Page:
It's a perfectly logical course of discussion, but Sam tut-tuts him and changes the subject to James's dreams. James rubs his eyes and admits, "I could feel my fingers tearing into their flesh." He's not entirely sure they were just dreams, either. He says he checked with the precinct and found the people in his dreams -- all of them dead. For the most damning evidence, he shows them one of his bloody shirts, helpfully monogrammed with his initials so everyone knows for sure it's his. "What's happening to me?" he asks. "You pissed off another witch," Dean spitballs, "and he or she hexed you, forced you to..." He adds a shrug as punctuation. James allows that it's possible, but has never heard of such a thing. He starts to describe his latest dream, the one about the blind man, but can't go on. Dean assures him they're going to help him. "But you're gonna have to do your part," he says. He opens his bag and pulls out a length of iron chain. "House arrest, my friend." James doesn't look especially thrilled by the prospect, but doesn't argue.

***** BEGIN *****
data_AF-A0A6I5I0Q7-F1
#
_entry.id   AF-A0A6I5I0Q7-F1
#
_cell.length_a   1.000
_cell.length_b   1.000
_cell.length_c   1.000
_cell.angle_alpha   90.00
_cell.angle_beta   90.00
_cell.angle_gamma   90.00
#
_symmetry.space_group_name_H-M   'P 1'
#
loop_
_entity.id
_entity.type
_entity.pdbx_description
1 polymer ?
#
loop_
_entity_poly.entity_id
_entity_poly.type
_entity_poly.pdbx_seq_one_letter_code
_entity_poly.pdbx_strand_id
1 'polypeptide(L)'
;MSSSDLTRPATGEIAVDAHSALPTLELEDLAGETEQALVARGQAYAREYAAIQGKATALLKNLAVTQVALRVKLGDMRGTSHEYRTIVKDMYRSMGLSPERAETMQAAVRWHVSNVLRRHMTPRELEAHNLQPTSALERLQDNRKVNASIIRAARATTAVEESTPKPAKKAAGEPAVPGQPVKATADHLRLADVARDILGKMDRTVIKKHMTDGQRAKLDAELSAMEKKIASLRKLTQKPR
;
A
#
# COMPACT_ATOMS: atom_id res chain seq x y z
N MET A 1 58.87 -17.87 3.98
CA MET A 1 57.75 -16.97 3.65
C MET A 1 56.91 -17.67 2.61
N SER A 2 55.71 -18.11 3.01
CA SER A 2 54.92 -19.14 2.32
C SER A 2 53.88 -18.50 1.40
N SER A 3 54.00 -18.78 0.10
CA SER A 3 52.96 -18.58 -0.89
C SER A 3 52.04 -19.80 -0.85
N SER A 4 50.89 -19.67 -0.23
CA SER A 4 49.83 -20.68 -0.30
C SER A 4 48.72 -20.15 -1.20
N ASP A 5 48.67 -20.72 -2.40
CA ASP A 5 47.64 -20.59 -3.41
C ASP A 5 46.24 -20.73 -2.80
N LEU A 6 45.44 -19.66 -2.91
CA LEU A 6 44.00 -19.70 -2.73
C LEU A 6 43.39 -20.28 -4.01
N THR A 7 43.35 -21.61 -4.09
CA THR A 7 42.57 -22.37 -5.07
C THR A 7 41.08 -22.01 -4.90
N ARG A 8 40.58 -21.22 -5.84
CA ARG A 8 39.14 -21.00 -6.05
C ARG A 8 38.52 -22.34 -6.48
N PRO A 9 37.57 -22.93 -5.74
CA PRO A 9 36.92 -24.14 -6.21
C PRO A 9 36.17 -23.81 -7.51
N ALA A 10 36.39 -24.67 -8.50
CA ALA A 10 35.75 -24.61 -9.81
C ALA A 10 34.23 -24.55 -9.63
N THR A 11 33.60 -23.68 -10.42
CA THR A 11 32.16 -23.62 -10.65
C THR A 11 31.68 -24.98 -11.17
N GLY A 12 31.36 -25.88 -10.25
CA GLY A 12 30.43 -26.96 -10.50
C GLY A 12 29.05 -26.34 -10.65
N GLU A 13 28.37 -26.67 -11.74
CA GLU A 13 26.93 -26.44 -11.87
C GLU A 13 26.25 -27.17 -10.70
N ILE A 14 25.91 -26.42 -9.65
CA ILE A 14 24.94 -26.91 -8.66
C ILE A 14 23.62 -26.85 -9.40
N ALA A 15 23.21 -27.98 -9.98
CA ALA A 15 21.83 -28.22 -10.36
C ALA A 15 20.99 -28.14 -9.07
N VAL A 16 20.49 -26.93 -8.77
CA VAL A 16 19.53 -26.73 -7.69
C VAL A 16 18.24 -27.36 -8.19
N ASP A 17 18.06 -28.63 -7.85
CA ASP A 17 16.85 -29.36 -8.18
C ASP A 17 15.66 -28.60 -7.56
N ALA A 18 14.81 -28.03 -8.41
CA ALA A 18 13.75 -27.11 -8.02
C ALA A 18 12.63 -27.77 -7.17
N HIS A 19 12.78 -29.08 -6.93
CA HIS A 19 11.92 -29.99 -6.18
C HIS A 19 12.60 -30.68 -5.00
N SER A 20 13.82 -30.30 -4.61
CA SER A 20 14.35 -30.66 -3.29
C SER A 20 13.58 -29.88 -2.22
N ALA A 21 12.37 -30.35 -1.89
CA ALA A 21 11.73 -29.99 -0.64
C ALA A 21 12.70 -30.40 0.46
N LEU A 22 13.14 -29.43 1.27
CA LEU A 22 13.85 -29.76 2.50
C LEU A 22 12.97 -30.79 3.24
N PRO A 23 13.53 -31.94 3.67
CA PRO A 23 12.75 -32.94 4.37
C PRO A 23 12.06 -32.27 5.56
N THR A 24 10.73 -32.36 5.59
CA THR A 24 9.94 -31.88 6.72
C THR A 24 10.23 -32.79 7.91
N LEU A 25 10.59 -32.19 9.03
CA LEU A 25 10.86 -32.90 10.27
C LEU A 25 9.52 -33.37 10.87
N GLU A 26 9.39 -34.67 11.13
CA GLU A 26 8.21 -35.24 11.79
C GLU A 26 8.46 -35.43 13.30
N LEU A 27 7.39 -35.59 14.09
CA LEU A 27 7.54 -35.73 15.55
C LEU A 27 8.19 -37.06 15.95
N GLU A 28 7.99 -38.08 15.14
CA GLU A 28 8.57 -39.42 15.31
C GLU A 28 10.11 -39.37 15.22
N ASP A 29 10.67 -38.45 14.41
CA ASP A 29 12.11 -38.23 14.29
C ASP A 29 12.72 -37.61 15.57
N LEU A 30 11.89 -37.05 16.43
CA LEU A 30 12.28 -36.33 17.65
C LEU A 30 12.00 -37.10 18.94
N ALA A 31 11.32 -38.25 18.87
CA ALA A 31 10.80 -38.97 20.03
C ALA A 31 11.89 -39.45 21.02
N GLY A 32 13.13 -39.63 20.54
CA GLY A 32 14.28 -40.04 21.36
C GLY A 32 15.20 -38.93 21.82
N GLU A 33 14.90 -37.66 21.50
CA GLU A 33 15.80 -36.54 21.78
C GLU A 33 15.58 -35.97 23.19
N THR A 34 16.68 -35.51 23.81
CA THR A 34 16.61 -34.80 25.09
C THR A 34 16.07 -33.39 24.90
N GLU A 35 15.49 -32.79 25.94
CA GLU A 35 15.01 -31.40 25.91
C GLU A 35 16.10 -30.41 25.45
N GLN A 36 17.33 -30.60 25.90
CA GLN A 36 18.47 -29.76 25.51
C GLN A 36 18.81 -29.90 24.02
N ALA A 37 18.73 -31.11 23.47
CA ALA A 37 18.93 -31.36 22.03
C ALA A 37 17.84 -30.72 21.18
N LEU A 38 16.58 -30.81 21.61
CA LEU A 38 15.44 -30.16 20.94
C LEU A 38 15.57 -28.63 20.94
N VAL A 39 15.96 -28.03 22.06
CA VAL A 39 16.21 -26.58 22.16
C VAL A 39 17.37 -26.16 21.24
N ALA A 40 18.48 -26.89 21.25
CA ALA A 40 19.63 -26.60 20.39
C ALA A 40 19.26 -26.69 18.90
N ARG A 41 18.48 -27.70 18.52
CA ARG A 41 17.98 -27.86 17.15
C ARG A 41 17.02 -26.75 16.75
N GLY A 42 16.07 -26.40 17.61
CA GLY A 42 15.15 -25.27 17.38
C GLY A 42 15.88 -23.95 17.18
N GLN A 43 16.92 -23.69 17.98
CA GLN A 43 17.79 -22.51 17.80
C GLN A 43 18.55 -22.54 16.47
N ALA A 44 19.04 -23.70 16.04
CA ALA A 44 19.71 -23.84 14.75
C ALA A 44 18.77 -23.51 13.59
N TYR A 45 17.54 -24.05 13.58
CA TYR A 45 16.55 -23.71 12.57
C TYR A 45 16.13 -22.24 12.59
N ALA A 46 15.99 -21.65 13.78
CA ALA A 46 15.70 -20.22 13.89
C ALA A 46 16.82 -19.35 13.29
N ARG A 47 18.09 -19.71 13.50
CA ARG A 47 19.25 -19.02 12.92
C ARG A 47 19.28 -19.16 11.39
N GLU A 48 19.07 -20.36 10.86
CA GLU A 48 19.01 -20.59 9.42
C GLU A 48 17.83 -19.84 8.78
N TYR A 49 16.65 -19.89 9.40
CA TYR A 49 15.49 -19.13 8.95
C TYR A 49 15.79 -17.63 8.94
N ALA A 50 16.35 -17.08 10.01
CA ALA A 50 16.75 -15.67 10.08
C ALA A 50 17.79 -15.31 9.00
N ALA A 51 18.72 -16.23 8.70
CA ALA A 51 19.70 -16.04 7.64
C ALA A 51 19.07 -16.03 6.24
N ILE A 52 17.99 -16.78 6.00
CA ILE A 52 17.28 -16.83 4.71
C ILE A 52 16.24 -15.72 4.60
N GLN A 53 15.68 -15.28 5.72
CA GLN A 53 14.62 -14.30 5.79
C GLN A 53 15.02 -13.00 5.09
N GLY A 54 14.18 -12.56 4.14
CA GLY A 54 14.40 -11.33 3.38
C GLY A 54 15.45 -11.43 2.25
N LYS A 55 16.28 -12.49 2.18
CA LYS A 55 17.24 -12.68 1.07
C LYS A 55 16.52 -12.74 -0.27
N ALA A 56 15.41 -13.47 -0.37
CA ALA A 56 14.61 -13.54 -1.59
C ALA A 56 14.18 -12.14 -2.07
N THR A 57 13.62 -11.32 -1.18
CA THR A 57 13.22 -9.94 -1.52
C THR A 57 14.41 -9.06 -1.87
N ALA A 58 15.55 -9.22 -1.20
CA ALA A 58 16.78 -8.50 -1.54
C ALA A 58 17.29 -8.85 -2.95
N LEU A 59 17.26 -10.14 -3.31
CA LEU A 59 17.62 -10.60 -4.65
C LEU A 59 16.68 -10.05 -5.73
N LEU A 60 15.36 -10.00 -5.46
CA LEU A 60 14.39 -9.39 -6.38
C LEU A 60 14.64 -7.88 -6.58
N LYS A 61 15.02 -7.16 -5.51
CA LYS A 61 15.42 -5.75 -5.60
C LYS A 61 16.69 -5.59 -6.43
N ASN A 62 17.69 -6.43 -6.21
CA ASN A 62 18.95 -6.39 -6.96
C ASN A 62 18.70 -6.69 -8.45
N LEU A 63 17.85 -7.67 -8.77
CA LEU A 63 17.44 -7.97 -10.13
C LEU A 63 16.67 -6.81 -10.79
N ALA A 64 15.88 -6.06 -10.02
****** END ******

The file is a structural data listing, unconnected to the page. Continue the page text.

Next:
Sleepy Lodge. The Winchesters have returned to their temporary base of operations. Sam is looking up the police reports from the deaths James described, and Dean has just returned from a shopping trip. Among the goodies he's brought back are a bag of chicken feet and something that looks like it came from Oscar the Grouch's shower drain. Sam has also found an article about James going from rookie cop to lieutenant practically overnight. "In the last four years, his solve rate has been right at about 100%," Sam says. "Of course, he's got the booga-booga on his side," Dean says. "Booga-booga" may be the only thing that amused me about this whole episode. Dean turns to look at all the chicken feet and other accoutrements, and worries that their "witch-killing" spell isn't a sure thing. Witches are still human beings, right? Why do they need a spell at all? This is all just an excuse to awkwardly segue into Sam feeling like Dean is actually talking about God's trials. He thinks Dean believes he'll mess them up somehow. "Look, we get too far down the road with this, we can't go back," Dean says. "And it'll be too late for me to jump in." That gets Sam riled up. "Who says you're gonna have to? You know, maybe I'll actually pull this one off." This is stupid! So stupid! Why can't Dean just say, "The last time we did something like this, you got trapped in Lucifer's cage and lost your soul," and then Sam could add, "You're right, that is worrisome, but we'll figure it out together!" But no, that would be much too mature! Instead, they have to be passive-aggressive and snitty and repeat the same damned arguments they've been having for years.